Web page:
Starting with the 2012 version, the Scoring Tool uses an expanded scoring method which maps a home to its local weather station and a unique 10 point scale for that climate location.
Under the initial Home Energy Score program design for pilot tests, each of 19 geographic zones across the United States had a corresponding 10 point scale with source energy thresholds defined for each point on the scale. However, analysis showed that weather differences within each of the 19 zones are significant enough to skew scoring results. In fact, the scores of identical homes – with different weather but within one geographic zone - could vary by several points. As a result, the Department of Energy recognized the need to generate a larger set of 10 point scales for more than 240 different weather stations across the U.S.
In the final stages of testing the Scoring Tool, in an effort to more accurately account for climate differences the final version of the Scoring Tool was used to estimate the source energy use for a wide range of homes in each of the 240+ weather station locations (See table example below). The DOE then established energy values for the 10 point scale in each location based on the following guidelines and objectives:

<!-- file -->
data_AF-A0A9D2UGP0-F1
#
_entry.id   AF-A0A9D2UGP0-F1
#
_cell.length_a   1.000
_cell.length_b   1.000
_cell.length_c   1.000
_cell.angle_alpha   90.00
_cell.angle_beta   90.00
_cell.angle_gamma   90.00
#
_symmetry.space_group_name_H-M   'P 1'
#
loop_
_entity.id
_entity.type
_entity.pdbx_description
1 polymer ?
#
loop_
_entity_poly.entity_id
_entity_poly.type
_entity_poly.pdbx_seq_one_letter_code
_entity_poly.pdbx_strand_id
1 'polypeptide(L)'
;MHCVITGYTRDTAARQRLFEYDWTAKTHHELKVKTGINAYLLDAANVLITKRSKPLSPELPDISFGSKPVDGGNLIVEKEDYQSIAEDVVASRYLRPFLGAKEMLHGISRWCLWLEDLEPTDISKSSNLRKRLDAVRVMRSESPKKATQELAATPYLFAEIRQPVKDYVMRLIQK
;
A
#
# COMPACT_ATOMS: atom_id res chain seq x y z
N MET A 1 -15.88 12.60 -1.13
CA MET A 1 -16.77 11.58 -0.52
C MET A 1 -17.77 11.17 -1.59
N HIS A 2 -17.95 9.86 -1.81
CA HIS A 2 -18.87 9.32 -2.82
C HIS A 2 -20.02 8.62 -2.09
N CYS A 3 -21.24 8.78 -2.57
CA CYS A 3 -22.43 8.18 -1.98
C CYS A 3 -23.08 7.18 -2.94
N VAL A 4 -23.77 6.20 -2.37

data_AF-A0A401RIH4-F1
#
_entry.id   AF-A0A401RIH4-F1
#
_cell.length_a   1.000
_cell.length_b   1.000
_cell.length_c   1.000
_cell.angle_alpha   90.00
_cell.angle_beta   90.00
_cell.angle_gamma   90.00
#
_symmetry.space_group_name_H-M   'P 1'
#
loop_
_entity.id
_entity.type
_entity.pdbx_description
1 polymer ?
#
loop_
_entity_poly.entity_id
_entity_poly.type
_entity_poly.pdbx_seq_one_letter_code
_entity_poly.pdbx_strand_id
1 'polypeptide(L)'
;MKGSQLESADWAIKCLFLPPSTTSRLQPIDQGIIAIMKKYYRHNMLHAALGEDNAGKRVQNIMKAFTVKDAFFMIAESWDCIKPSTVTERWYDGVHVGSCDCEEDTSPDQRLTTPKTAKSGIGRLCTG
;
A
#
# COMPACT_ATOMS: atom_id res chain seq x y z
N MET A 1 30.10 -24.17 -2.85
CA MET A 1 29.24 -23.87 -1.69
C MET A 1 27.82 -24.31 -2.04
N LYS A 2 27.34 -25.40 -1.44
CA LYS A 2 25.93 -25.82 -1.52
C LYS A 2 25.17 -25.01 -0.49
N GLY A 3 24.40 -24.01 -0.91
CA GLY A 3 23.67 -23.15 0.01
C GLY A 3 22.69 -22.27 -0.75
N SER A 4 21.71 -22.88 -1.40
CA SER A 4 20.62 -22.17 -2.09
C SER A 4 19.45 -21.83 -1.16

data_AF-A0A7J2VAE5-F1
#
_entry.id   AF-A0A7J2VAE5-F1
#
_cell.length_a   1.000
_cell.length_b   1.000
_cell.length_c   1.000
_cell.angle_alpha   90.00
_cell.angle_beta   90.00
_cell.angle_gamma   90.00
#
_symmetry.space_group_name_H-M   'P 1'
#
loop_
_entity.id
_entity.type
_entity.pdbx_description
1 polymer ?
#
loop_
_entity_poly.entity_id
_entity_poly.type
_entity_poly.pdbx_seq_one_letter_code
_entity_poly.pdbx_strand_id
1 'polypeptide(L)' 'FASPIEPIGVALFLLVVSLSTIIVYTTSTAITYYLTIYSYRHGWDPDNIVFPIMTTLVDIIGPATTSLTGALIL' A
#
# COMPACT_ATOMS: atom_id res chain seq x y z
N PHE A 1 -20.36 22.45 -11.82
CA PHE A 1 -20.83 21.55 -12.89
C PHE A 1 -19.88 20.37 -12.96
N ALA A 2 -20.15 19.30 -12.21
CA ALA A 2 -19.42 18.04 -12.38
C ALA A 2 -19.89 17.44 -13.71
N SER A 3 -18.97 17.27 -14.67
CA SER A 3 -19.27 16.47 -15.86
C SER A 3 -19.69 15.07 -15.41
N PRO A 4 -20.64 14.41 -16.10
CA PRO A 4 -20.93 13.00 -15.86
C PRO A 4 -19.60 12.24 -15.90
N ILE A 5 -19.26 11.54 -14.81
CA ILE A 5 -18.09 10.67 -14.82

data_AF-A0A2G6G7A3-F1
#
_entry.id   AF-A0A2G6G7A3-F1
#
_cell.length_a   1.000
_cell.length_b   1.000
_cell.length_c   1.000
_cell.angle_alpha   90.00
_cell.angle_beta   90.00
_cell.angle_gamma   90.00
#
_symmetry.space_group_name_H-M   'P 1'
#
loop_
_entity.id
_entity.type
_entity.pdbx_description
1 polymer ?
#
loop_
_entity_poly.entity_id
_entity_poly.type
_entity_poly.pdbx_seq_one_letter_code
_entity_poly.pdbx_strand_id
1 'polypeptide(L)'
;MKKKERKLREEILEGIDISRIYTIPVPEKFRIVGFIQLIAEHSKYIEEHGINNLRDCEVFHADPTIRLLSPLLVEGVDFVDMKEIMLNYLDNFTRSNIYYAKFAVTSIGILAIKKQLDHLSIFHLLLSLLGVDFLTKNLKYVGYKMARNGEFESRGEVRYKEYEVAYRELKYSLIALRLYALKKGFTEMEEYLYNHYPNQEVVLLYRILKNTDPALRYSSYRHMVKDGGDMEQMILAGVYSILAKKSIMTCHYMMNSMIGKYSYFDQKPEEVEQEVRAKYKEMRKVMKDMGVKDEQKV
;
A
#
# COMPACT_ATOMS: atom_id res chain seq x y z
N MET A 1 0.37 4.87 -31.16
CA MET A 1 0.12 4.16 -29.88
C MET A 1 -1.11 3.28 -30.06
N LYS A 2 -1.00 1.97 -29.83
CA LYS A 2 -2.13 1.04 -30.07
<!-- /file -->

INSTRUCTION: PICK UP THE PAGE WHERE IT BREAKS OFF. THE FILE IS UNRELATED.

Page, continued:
With the above methodology, the Home Energy Score label conveys concise information about a home’s absolute energy consumption and ranks the home on a consistent scale which is applicable across all U.S. regions. Since the energy budget is absolute energy consumption, calculated scores are sensitive to home size, meaning larger homes will tend to score lower. The Home Energy Score FAQs clearly acknowledge this fact.
NREl score batch analysis methodology is available here.